Sean P. Redmond Sean P. Redmond
Vice President, Labor Policy, U.S. Chamber of Commerce


January 29, 2021


The Bureau of Labor Statistics (BLS) on January 22 released its annual estimate of union membership in the United States. This year’s report showed that union membership rose from 10.3 percent to 10.8 percent of the total workforce in 2020, reversing previous declines of 0.2 percentage points from the prior two years. However, despite the percentage increase, the story is a little more complicated, as the total number of union members actually dropped by 321,000 to 14.3 million.

It comes as no surprise that the economy took a big hit in 2020 due to the coronavirus pandemic, and the number of jobs fell by 9.6 million. Given the low levels of unionization in the United States, most of these were non-union, thus causing the percentage of unionized workers to grow relative to the overall workforce. That explains the seemingly contradictory numbers, and as the economy eventually grows, the percentage of union members in the workforce likely will dip again to some degree.

In the private sector, union membership dropped by 428,000, but the percentage of union members increased by 0.1 percentage point to 6.3 percent, again reflecting the overall decline in employment. The story in the public sector was somewhat similar.

Of the 9.6 million jobs lost, 391,000 of those were in the public sector, but the union membership rate grew by 1.2 percentage points to 34.8 percent. As has been the case for quite a few years, the percentage of union members in the public sector was over five times higher than in the private sector. More interestingly, the overall number of union members in the public sector (7.2 million) exceeded the number in the private sector (7.1 million).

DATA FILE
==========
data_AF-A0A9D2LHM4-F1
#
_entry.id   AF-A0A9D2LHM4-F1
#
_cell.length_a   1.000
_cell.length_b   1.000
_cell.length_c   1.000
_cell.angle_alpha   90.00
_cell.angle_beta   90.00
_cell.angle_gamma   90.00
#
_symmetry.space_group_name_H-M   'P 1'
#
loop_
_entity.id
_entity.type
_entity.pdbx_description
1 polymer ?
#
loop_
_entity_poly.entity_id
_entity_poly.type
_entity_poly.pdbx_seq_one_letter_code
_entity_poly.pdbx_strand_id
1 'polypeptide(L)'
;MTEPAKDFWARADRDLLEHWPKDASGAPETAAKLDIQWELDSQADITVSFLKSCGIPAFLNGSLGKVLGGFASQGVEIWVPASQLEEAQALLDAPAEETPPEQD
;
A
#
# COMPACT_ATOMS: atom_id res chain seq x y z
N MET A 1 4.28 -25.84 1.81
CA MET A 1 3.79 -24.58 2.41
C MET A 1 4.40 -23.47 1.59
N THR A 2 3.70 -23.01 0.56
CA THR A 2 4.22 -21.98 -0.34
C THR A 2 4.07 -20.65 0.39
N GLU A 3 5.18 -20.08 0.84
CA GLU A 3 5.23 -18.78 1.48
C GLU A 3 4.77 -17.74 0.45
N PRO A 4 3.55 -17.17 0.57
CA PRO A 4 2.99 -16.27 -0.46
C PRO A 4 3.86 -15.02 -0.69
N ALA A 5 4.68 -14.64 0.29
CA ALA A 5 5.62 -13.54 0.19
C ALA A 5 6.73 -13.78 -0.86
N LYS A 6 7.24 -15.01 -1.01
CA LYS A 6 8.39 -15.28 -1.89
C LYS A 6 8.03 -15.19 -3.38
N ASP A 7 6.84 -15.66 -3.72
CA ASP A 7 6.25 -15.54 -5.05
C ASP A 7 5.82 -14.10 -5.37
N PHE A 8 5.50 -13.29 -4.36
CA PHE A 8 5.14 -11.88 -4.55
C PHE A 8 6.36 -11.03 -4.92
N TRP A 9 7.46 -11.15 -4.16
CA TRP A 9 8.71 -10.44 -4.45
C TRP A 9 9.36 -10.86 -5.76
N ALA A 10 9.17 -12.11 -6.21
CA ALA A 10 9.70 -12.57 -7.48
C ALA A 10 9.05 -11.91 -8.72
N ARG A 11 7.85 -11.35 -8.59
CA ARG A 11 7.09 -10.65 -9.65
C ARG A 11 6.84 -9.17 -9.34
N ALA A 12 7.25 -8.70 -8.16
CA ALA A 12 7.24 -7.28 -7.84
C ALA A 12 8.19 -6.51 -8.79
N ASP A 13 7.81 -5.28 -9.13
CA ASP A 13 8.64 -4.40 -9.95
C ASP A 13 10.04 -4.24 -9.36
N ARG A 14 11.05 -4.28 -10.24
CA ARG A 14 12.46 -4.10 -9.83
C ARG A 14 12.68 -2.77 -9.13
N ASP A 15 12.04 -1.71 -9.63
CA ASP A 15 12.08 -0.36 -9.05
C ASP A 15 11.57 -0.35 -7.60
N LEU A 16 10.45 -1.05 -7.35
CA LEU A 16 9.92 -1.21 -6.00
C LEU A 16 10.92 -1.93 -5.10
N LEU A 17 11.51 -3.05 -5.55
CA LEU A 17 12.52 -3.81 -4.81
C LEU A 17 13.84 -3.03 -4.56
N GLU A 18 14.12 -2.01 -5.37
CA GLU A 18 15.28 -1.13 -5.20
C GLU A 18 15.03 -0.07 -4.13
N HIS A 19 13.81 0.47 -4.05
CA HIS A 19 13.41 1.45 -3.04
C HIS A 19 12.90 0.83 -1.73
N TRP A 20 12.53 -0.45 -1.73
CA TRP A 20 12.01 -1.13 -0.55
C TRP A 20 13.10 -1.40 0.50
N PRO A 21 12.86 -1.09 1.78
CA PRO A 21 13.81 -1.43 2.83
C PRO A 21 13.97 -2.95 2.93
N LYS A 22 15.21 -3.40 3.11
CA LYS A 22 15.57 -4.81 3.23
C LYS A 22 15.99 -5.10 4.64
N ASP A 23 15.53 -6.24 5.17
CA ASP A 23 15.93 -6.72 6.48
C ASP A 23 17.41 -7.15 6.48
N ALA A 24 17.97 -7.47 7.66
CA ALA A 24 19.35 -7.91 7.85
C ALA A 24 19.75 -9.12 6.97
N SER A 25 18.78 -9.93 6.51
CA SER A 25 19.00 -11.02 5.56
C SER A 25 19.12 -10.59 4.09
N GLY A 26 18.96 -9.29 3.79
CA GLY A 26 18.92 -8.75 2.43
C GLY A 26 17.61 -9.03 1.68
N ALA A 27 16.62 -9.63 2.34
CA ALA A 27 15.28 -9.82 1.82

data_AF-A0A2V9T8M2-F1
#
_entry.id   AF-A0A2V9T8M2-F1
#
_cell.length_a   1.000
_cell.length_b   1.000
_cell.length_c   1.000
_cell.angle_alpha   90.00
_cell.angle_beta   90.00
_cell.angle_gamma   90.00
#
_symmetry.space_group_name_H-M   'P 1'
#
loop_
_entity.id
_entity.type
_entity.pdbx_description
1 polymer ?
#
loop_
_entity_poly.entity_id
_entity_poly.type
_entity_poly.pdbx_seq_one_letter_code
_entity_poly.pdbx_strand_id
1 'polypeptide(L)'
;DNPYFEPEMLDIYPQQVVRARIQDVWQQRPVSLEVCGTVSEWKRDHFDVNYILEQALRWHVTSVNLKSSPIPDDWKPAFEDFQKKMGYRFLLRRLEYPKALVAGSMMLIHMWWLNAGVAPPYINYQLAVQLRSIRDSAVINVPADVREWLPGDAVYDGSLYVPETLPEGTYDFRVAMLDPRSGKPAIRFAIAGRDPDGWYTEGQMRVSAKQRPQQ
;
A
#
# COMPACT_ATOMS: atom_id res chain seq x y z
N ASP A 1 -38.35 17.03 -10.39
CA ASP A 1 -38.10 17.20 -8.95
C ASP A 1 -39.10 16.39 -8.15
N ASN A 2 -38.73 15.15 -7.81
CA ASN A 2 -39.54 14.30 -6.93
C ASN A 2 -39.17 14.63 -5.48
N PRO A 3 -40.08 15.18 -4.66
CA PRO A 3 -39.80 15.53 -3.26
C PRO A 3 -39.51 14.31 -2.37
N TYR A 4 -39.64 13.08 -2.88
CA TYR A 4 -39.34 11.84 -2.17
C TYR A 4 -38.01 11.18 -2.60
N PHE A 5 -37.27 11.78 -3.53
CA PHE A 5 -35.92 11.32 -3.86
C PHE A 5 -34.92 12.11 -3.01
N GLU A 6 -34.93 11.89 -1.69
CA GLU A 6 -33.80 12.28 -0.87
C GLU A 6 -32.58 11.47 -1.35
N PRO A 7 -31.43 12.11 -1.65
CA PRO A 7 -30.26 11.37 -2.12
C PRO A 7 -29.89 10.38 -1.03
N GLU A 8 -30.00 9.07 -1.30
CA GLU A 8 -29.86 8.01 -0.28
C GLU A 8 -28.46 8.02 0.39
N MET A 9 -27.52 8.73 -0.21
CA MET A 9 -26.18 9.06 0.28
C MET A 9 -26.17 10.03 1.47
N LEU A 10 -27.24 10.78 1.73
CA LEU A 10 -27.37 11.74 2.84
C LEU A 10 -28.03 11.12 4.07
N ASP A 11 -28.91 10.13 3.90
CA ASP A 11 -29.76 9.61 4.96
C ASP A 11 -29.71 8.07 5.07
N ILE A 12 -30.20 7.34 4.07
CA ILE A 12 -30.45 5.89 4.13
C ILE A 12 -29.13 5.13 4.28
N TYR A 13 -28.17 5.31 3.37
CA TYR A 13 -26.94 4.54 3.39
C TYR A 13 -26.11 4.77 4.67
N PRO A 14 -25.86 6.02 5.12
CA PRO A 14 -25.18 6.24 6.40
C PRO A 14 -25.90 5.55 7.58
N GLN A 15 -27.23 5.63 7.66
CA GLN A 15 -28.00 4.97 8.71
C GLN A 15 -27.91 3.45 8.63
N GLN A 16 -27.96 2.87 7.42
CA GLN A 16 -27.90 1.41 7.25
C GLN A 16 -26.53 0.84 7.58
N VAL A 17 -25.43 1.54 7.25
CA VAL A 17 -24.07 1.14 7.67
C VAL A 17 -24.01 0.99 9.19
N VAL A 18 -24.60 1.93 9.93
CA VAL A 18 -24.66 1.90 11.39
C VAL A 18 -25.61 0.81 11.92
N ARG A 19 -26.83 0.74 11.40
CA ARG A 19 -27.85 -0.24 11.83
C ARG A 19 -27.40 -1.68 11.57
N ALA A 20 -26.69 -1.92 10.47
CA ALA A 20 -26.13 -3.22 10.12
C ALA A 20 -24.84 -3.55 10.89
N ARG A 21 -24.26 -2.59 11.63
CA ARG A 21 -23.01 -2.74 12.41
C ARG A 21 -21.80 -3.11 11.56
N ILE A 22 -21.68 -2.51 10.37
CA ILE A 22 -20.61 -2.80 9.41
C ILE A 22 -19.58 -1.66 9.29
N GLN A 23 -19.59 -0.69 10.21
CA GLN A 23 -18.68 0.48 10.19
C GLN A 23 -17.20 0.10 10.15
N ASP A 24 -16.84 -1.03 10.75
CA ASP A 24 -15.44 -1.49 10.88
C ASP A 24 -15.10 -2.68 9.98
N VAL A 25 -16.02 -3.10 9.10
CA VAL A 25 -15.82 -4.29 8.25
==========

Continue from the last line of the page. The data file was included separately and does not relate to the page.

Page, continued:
Notwithstanding any thoughts of a silver lining in this year’s union membership report, the low rate continues to be source of concern that has organized labor leaders scrambling for solutions. During the Obama administration, their political allies worked assiduously to reshape labor policy to help alleviate the hemorrhaging, and unions pumped millions of dollars into campaigns with front groups known as worker centers, albeit with little effect.

Chief among labor’s goals in the new administration is passage of the so-called “Protecting the Right to Organize” (PRO) Act, which actually passed the House of Representatives last year. The PRO Act would codify a slew of lopsided policies designed to force more people into unions. With the economy continuing to falter, the proposal should be a nonstarter, but it will undoubtedly be reintroduced. Given the extremely narrow majorities in both the House and the Senate it is open to question whether the bill can pass, notwithstanding a Democrat president who would sign it. Unions may have to look for a different answer if the longstanding pattern of membership decline is to be reversed.

About the authors

Sean P. Redmond

Sean P. Redmond

Sean P. Redmond is Vice President, Labor Policy at the U.S. Chamber of Commerce.

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